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Eucharist, Morality, and Social Justice
Back in October I was invited to give a talk at my local Catholic Information Center about how the Eucharistic Liturgy is the place where we encounter the living Christ and, through that encounter, we are made divine, transformed into Christ. Last week I was invited to come back and give a followup presentation about how the Eucharistic Liturgy is connected to the moral life, the virtues, and social justice.
The thesis of this talk is that the Eucharistic liturgy heals and transforms me into Christ, empowering me, like the apostles after Pentecost, to bring about God’s Kingdom in the world.
Here are three key passages from Pope Francis that give a preview of what I discuss:
“The celebration [the liturgy] concerns the reality of our being docile to the action of the Spirit who operates through it until Christ be formed in us. The full extent of our formation is our conformation to Christ…This is the purpose for which the Spirit is given, whose action is always and only to confect the Body of Christ. It is that way with the Eucharistic bread, and with every one of the baptized called to become always more and more that which was received as a gift in Baptism; namely, being a member of the Body of Christ. Leo the Great writes, ‘Our participation in the Body and Blood of Christ has no other end than to make us become that which we eat’” (Desiderio Desideravi 41).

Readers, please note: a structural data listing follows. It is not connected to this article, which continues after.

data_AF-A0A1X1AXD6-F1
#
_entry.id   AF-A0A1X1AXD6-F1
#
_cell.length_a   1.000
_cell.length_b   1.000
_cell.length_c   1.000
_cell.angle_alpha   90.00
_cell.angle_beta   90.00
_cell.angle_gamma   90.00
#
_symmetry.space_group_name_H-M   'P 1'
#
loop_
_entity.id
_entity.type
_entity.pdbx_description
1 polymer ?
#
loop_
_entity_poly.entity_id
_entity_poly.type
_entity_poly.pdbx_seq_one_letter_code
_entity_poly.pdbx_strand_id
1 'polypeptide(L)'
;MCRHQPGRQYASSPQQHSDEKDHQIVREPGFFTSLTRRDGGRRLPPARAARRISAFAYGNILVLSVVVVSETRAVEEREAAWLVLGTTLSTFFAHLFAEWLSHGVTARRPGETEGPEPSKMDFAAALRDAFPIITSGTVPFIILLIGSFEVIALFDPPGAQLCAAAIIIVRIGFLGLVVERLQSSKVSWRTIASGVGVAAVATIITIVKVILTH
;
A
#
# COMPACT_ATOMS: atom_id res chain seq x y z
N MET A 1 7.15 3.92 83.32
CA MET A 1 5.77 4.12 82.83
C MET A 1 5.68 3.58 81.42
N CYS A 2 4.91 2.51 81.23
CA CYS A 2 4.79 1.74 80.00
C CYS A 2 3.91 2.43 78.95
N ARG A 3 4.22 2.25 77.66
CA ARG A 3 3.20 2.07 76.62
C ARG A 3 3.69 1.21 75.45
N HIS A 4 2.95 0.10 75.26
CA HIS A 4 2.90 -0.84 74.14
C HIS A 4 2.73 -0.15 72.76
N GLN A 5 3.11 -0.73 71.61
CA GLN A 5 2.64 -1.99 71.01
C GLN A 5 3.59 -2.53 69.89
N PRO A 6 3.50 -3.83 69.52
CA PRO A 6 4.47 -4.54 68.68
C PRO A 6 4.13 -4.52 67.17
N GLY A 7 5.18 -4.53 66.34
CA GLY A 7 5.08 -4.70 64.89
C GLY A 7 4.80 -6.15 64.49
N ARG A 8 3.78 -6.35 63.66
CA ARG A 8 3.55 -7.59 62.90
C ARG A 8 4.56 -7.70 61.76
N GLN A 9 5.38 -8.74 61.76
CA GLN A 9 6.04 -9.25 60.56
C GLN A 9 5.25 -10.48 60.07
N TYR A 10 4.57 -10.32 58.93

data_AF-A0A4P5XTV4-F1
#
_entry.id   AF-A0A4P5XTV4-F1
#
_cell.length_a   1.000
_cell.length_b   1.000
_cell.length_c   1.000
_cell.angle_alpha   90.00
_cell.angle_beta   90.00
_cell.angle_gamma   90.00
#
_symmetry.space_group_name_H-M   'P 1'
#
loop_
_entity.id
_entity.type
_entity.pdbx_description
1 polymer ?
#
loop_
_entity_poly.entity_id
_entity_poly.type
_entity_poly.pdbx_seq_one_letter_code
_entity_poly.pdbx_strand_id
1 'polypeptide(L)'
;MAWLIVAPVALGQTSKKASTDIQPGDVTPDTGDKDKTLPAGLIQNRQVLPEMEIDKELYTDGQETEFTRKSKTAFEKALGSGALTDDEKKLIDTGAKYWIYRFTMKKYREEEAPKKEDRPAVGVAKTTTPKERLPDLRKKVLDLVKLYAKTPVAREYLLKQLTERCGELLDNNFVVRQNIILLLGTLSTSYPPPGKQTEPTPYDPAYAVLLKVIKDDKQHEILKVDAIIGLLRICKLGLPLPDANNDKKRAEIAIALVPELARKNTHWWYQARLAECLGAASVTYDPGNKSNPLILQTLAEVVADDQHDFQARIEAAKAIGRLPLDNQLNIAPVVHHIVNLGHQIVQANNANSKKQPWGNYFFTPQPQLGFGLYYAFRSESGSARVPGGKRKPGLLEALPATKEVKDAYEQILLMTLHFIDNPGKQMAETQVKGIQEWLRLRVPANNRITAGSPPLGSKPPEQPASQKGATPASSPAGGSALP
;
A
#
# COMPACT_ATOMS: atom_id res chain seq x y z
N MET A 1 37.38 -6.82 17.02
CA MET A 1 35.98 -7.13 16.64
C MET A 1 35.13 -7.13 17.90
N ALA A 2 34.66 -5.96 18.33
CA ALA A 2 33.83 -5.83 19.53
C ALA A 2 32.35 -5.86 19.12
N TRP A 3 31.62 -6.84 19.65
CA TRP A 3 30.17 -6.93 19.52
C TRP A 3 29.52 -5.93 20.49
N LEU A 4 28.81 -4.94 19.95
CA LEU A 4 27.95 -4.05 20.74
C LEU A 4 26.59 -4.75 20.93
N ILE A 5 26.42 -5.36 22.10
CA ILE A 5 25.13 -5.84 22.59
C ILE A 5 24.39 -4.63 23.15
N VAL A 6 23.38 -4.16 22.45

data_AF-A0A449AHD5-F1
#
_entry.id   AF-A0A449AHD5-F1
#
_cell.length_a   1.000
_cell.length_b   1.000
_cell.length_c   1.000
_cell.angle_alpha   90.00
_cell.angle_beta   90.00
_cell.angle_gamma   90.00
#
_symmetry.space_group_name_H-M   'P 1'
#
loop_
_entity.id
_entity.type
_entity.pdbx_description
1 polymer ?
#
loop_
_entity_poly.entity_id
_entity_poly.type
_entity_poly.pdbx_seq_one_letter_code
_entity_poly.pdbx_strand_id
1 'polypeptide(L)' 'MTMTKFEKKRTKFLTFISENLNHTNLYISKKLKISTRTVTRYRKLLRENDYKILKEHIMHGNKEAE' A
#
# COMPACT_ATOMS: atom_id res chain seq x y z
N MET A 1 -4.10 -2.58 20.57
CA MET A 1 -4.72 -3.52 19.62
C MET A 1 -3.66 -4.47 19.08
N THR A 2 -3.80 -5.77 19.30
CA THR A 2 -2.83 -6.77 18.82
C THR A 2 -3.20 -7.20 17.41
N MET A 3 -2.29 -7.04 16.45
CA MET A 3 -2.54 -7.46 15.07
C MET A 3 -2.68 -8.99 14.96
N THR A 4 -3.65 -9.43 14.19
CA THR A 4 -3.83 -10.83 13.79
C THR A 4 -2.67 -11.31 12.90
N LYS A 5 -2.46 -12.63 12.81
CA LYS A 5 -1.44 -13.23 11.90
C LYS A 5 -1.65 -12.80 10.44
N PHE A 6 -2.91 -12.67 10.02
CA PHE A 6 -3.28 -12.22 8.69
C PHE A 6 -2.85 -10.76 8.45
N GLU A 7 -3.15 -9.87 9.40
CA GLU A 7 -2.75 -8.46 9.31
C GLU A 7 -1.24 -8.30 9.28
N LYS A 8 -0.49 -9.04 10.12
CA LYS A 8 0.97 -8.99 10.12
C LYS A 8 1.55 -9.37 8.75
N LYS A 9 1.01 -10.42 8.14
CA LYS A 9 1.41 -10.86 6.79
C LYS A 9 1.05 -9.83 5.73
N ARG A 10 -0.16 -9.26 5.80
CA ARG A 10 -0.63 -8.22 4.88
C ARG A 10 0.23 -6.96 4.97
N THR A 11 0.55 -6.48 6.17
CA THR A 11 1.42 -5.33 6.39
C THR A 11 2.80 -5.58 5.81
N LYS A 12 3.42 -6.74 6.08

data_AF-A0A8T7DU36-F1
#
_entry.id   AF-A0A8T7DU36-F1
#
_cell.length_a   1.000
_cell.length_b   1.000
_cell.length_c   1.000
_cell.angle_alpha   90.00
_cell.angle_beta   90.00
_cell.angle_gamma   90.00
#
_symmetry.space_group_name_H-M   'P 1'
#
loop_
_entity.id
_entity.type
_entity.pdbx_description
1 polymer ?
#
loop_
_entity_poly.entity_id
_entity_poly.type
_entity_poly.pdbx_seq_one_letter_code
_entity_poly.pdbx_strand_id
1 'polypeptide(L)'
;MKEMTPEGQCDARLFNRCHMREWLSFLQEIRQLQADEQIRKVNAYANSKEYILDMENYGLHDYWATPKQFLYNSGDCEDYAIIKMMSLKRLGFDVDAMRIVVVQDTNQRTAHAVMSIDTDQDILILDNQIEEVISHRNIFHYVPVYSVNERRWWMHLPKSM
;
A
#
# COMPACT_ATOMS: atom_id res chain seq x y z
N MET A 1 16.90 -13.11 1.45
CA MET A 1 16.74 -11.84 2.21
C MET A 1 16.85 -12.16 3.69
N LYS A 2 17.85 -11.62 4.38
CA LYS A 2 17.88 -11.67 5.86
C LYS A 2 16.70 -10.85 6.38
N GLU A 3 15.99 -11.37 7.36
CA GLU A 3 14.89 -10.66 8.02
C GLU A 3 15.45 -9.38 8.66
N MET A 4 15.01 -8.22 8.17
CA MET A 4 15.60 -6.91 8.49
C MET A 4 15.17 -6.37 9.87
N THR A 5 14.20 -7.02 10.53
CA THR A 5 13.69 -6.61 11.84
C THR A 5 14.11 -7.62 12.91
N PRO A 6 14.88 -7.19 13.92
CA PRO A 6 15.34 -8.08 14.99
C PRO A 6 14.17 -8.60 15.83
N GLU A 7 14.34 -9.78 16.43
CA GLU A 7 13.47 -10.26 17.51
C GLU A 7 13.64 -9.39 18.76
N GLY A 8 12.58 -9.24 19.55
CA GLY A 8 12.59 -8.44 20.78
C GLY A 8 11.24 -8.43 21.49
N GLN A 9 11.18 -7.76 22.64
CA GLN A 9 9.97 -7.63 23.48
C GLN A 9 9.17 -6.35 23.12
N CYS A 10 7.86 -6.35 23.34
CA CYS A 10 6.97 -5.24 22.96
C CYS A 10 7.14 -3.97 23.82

Grace, precisely because it builds on nature, does not make us superhuman all at once…If we reject this historical and progressive reality, we can actually refuse and block grace, even as we extol it by our words (Gaudete et Exsultate 50).
“The Gospel is not merely about our personal relationship with God. Nor should our loving response to God be seen simply as an accumulation of small personal gestures to individuals in need…or a series of acts aimed solely at easing our conscience. The Gospel is about the kingdom of God; it is about loving God who reigns in our world. To the extent that he reigns within us, the life of society will be a setting for universal fraternity, justice, peace and dignity” (Evangelii Gaudium 180).
You can watch the whole talk here!